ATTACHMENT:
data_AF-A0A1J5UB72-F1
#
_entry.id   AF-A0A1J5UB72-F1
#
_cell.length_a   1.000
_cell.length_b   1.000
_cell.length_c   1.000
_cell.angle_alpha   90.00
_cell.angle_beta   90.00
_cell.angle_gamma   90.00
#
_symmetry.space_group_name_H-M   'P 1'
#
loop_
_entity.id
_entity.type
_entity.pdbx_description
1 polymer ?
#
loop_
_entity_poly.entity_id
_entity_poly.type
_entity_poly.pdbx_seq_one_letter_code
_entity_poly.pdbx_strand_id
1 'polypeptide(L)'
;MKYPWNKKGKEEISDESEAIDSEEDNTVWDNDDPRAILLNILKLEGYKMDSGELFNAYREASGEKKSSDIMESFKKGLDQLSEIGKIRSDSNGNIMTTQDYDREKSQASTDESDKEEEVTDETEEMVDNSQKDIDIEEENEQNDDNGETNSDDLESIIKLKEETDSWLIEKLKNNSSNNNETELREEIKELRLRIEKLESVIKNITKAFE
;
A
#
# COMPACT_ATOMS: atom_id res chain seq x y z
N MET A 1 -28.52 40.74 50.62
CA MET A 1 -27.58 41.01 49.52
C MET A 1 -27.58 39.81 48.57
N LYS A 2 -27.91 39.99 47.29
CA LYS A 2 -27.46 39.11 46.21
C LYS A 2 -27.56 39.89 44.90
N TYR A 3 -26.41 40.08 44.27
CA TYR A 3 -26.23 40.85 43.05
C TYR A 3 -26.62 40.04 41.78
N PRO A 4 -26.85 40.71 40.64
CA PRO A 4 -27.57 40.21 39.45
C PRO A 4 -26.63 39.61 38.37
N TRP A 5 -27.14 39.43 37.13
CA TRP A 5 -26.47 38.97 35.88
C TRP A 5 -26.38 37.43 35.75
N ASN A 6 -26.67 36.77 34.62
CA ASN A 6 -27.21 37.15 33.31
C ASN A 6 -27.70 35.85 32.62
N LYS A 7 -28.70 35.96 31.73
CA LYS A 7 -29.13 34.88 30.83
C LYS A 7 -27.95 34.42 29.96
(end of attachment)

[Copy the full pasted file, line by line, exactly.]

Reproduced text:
data_AF-A0A1J5UB72-F1
#
_entry.id   AF-A0A1J5UB72-F1
#
_cell.length_a   1.000
_cell.length_b   1.000
_cell.length_c   1.000
_cell.angle_alpha   90.00
_cell.angle_beta   90.00
_cell.angle_gamma   90.00
#
_symmetry.space_group_name_H-M   'P 1'
#
loop_
_entity.id
_entity.type
_entity.pdbx_description
1 polymer ?
#
loop_
_entity_poly.entity_id
_entity_poly.type
_entity_poly.pdbx_seq_one_letter_code
_entity_poly.pdbx_strand_id
1 'polypeptide(L)'
;MKYPWNKKGKEEISDESEAIDSEEDNTVWDNDDPRAILLNILKLEGYKMDSGELFNAYREASGEKKSSDIMESFKKGLDQLSEIGKIRSDSNGNIMTTQDYDREKSQASTDESDKEEEVTDETEEMVDNSQKDIDIEEENEQNDDNGETNSDDLESIIKLKEETDSWLIEKLKNNSSNNNETELREEIKELRLRIEKLESVIKNITKAFE
;
A
#
# COMPACT_ATOMS: atom_id res chain seq x y z
N MET A 1 -28.52 40.74 50.62
CA MET A 1 -27.58 41.01 49.52
C MET A 1 -27.58 39.81 48.57
N LYS A 2 -27.91 39.99 47.29
CA LYS A 2 -27.46 39.11 46.21
C LYS A 2 -27.56 39.89 44.90
N TYR A 3 -26.41 40.08 44.27
CA TYR A 3 -26.23 40.85 43.05
C TYR A 3 -26.62 40.04 41.78
N PRO A 4 -26.85 40.71 40.64
CA PRO A 4 -27.57 40.21 39.45
C PRO A 4 -26.63 39.61 38.37
N TRP A 5 -27.14 39.43 37.13
CA TRP A 5 -26.47 38.97 35.88
C TRP A 5 -26.38 37.43 35.75
N ASN A 6 -26.67 36.77 34.62
CA ASN A 6 -27.21 37.15 33.31
C ASN A 6 -27.70 35.85 32.62
N LYS A 7 -28.70 35.96 31.73
CA LYS A 7 -29.13 34.88 30.83
C LYS A 7 -27.95 34.42 29.96